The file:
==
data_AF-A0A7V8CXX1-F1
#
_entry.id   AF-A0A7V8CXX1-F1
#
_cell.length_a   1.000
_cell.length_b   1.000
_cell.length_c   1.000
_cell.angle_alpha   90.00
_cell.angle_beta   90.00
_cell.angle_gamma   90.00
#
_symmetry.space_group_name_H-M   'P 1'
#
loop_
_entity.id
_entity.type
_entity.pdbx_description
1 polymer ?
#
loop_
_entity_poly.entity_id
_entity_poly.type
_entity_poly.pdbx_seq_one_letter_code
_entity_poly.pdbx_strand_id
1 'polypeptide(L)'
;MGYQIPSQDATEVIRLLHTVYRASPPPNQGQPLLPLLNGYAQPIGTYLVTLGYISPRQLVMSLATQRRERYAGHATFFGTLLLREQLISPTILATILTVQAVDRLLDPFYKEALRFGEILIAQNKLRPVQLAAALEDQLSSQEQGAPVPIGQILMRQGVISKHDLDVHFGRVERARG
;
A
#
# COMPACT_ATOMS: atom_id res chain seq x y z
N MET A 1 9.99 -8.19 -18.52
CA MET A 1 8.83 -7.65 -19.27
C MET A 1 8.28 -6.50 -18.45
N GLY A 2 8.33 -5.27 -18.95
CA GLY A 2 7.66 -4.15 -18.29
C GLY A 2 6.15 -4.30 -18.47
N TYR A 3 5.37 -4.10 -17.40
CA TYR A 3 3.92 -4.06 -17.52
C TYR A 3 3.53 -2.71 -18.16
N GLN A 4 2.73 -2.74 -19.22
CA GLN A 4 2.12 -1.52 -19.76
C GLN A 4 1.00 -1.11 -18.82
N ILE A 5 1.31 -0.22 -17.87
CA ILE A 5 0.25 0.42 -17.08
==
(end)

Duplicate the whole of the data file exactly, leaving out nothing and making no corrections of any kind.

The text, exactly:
data_AF-A0A7V8CXX1-F1
#
_entry.id   AF-A0A7V8CXX1-F1
#
_cell.length_a   1.000
_cell.length_b   1.000
_cell.length_c   1.000
_cell.angle_alpha   90.00
_cell.angle_beta   90.00
_cell.angle_gamma   90.00
#
_symmetry.space_group_name_H-M   'P 1'
#
loop_
_entity.id
_entity.type
_entity.pdbx_description
1 polymer ?
#
loop_
_entity_poly.entity_id
_entity_poly.type
_entity_poly.pdbx_seq_one_letter_code
_entity_poly.pdbx_strand_id
1 'polypeptide(L)'
;MGYQIPSQDATEVIRLLHTVYRASPPPNQGQPLLPLLNGYAQPIGTYLVTLGYISPRQLVMSLATQRRERYAGHATFFGTLLLREQLISPTILATILTVQAVDRLLDPFYKEALRFGEILIAQNKLRPVQLAAALEDQLSSQEQGAPVPIGQILMRQGVISKHDLDVHFGRVERARG
;
A
#
# COMPACT_ATOMS: atom_id res chain seq x y z
N MET A 1 9.99 -8.19 -18.52
CA MET A 1 8.83 -7.65 -19.27
C MET A 1 8.28 -6.50 -18.45
N GLY A 2 8.33 -5.27 -18.95
CA GLY A 2 7.66 -4.15 -18.29
C GLY A 2 6.15 -4.30 -18.47
N TYR A 3 5.37 -4.10 -17.40
CA TYR A 3 3.92 -4.06 -17.52
C TYR A 3 3.53 -2.71 -18.16
N GLN A 4 2.73 -2.74 -19.22
CA GLN A 4 2.12 -1.52 -19.76
C GLN A 4 1.00 -1.11 -18.82
N ILE A 5 1.31 -0.22 -17.87
CA ILE A 5 0.25 0.42 -17.08